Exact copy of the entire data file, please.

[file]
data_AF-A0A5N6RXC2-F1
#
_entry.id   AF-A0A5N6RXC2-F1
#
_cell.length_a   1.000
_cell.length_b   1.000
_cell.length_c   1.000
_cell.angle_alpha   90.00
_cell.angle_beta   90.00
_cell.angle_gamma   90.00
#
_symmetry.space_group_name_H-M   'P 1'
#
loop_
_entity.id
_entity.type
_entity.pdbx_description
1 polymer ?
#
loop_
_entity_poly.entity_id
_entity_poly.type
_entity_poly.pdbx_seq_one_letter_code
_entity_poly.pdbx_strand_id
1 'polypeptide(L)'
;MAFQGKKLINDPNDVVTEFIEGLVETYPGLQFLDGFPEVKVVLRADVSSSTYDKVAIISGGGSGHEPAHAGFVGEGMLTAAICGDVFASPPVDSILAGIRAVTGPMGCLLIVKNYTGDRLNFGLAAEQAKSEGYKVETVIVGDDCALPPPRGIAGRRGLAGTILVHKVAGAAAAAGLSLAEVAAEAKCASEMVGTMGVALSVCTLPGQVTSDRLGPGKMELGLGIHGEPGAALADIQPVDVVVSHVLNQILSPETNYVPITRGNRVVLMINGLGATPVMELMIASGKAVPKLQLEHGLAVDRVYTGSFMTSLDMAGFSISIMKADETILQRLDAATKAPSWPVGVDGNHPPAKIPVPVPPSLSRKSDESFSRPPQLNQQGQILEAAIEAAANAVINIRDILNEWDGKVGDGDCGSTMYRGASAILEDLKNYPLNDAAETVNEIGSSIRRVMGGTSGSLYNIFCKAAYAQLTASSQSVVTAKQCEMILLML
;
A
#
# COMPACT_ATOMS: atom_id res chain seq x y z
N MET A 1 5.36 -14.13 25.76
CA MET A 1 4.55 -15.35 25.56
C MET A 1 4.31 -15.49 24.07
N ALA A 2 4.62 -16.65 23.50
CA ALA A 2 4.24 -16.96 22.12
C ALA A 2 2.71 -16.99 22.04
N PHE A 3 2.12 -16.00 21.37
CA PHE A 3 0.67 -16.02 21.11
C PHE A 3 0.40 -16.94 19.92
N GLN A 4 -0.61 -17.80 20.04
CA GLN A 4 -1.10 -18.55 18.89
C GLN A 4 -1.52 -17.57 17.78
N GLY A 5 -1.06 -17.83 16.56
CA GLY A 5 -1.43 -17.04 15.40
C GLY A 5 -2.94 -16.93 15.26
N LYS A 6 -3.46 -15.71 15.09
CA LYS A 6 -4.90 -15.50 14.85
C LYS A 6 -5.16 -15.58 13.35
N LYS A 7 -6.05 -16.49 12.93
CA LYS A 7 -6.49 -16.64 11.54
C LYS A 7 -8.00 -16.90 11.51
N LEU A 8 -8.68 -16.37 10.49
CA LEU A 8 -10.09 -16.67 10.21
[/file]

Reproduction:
data_AF-A0A5N6RXC2-F1
#
_entry.id   AF-A0A5N6RXC2-F1
#
_cell.length_a   1.000
_cell.length_b   1.000
_cell.length_c   1.000
_cell.angle_alpha   90.00
_cell.angle_beta   90.00
_cell.angle_gamma   90.00
#
_symmetry.space_group_name_H-M   'P 1'
#
loop_
_entity.id
_entity.type
_entity.pdbx_description
1 polymer ?
#
loop_
_entity_poly.entity_id
_entity_poly.type
_entity_poly.pdbx_seq_one_letter_code
_entity_poly.pdbx_strand_id
1 'polypeptide(L)'
;MAFQGKKLINDPNDVVTEFIEGLVETYPGLQFLDGFPEVKVVLRADVSSSTYDKVAIISGGGSGHEPAHAGFVGEGMLTAAICGDVFASPPVDSILAGIRAVTGPMGCLLIVKNYTGDRLNFGLAAEQAKSEGYKVETVIVGDDCALPPPRGIAGRRGLAGTILVHKVAGAAAAAGLSLAEVAAEAKCASEMVGTMGVALSVCTLPGQVTSDRLGPGKMELGLGIHGEPGAALADIQPVDVVVSHVLNQILSPETNYVPITRGNRVVLMINGLGATPVMELMIASGKAVPKLQLEHGLAVDRVYTGSFMTSLDMAGFSISIMKADETILQRLDAATKAPSWPVGVDGNHPPAKIPVPVPPSLSRKSDESFSRPPQLNQQGQILEAAIEAAANAVINIRDILNEWDGKVGDGDCGSTMYRGASAILEDLKNYPLNDAAETVNEIGSSIRRVMGGTSGSLYNIFCKAAYAQLTASSQSVVTAKQCEMILLML
;
A
#
# COMPACT_ATOMS: atom_id res chain seq x y z
N MET A 1 5.36 -14.13 25.76
CA MET A 1 4.55 -15.35 25.56
C MET A 1 4.31 -15.49 24.07
N ALA A 2 4.62 -16.65 23.50
CA ALA A 2 4.24 -16.96 22.12
C ALA A 2 2.71 -16.99 22.04
N PHE A 3 2.12 -16.00 21.37
CA PHE A 3 0.67 -16.02 21.11
C PHE A 3 0.40 -16.94 19.92
N GLN A 4 -0.61 -17.80 20.04
CA GLN A 4 -1.10 -18.55 18.89
C GLN A 4 -1.52 -17.57 17.78
N GLY A 5 -1.06 -17.83 16.56
CA GLY A 5 -1.43 -17.04 15.40
C GLY A 5 -2.94 -16.93 15.26
N LYS A 6 -3.46 -15.71 15.09
CA LYS A 6 -4.90 -15.50 14.85
C LYS A 6 -5.16 -15.58 13.35
N LYS A 7 -6.05 -16.49 12.93
CA LYS A 7 -6.49 -16.64 11.54
C LYS A 7 -8.00 -16.90 11.51
N LEU A 8 -8.68 -16.37 10.49
CA LEU A 8 -10.09 -16.67 10.21